President Nixon also argued that he could not be required to testify before the grand jury investigating the Watergate burglary. Nixon ultimately testified before the grand jury, but only after he resigned from office.  If Nixon had remained in office, deciding whether he could be required to testify before the grand jury would proceed along lines similar to those outlined in U.S. v. Nixon.  Nixon argued that requiring him to testify would undermine the independence of the executive branch, giving the courts impermissible power to control his actions.  However, in U.S. v. Nixon, the Court had made clear that Nixon’s view of the separation of powers was flawed.  The principle of separation of powers cannot “insulate” the President from interaction with the other branches of government.  In fact, the Framers’ notion of the separation of powers depended on the different branches of government having overlapping functions, rather than operating in hermetically sealed spheres.  In U.S. v. Nixon, the Court recognized that there are times when the President’s actions must be protected from review by the other branches of government[3]; however, this principle is not absolute.  In another case decided years after Nixon left office, the Court drew a line between official and unofficial conduct as president: the President is immune from legal process associated with official conduct in office only.[4]  Applying this standard to testimony sought by the Watergate grand jury, President Nixon’s testimony could have been required even while he was still in office.  This would not have been the first time that a sitting President testified in an ongoing case: President Grant provided testimony (though voluntarily) through a deposition in a criminal case (the prosecution of an official in his administration).

With the benefit of hindsight, I can also observe that several presidents have testified since Nixon left office: President Carter provided testimony in two criminal prosecutions and also gave depositions in two cases; President Ford gave a deposition while in office and, probably most prominently, President Clinton gave a deposition in the Paula Jones case after the Supreme Court ruled he was not immune from judicial process while in office.  The Court, in Clinton v. Jones, ruled that litigation involving “questions that relate entirely to the unofficial conduct” of the President may proceed while the President is in office.  This case was, of course, decided more than 20 years after Nixon left office, but helps provide support for the conclusion that Nixon could have been compelled to testify before the Watergate grand jury even if he had remained in office.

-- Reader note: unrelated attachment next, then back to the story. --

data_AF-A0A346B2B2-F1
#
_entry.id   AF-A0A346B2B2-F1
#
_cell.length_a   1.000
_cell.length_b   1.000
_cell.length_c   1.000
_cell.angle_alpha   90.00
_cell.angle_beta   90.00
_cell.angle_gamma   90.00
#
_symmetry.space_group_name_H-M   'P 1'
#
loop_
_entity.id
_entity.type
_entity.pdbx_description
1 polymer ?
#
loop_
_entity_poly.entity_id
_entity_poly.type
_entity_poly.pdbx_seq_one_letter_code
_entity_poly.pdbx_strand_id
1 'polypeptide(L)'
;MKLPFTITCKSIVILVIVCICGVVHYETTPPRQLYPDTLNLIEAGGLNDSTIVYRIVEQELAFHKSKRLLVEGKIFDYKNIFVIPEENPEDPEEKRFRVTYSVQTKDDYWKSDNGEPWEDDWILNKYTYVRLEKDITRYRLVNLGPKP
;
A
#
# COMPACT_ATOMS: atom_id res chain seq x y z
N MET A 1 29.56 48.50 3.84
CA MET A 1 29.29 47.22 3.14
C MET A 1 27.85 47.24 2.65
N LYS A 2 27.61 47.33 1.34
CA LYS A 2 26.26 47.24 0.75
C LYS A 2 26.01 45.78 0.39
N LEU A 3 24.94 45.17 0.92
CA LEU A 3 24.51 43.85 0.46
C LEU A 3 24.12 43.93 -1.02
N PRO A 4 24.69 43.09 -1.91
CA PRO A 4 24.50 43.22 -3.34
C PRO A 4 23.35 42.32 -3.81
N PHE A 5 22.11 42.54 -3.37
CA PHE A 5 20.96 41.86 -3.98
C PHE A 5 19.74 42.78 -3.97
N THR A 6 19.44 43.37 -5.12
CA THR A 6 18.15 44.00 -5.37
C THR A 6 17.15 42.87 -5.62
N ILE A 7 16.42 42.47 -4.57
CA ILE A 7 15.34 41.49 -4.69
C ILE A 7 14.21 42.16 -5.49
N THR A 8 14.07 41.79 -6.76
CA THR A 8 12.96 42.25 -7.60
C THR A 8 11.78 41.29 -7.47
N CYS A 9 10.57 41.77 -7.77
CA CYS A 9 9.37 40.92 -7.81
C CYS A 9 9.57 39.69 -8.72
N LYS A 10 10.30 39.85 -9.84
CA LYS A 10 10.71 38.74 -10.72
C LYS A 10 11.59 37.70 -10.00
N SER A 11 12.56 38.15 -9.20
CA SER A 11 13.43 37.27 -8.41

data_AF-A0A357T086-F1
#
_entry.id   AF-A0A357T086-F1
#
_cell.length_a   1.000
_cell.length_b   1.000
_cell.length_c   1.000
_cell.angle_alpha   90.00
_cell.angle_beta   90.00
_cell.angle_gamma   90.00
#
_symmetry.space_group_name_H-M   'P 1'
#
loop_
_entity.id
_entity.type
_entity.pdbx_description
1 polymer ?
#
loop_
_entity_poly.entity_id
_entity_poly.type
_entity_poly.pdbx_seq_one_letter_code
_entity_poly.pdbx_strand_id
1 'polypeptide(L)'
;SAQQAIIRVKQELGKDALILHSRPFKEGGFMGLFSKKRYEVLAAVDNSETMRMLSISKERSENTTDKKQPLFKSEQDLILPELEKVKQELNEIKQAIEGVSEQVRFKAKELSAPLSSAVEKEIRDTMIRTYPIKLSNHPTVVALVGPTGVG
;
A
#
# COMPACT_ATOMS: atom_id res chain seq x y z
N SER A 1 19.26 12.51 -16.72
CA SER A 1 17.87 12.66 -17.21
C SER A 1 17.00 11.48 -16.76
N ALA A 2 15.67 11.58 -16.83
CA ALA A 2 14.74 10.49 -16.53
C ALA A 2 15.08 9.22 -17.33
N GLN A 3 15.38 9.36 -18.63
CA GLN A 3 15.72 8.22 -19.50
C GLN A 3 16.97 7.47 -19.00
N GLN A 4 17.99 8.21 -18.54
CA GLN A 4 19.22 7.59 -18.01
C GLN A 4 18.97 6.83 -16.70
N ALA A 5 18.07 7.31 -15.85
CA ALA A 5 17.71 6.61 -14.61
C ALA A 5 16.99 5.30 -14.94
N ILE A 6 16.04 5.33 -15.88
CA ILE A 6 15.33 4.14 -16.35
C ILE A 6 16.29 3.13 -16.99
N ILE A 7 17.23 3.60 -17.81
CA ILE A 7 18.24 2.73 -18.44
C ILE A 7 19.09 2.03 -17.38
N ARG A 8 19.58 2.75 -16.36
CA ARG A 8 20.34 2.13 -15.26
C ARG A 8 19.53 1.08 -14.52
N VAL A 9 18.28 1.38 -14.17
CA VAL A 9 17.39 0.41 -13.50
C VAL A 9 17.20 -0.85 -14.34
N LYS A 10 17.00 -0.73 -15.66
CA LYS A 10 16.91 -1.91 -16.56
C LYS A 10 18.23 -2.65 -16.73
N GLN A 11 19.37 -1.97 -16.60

[1] Other actions taken by President Nixon and his administration presented similar constitutional challenges, but this discussion focuses on the Watergate break-in.

[2] Executive privilege is not expressly described in the Constitution, but has been recognized by the Supreme Court as an implicit constitutional principle.

[3] For instance, the Court suggested, when the President makes decisions involving matters of national security.  Critics, however, might view even this concession as opening a dangerous area of unilateral presidential authority.

[4] Nixon v. Fitzgerald (1982).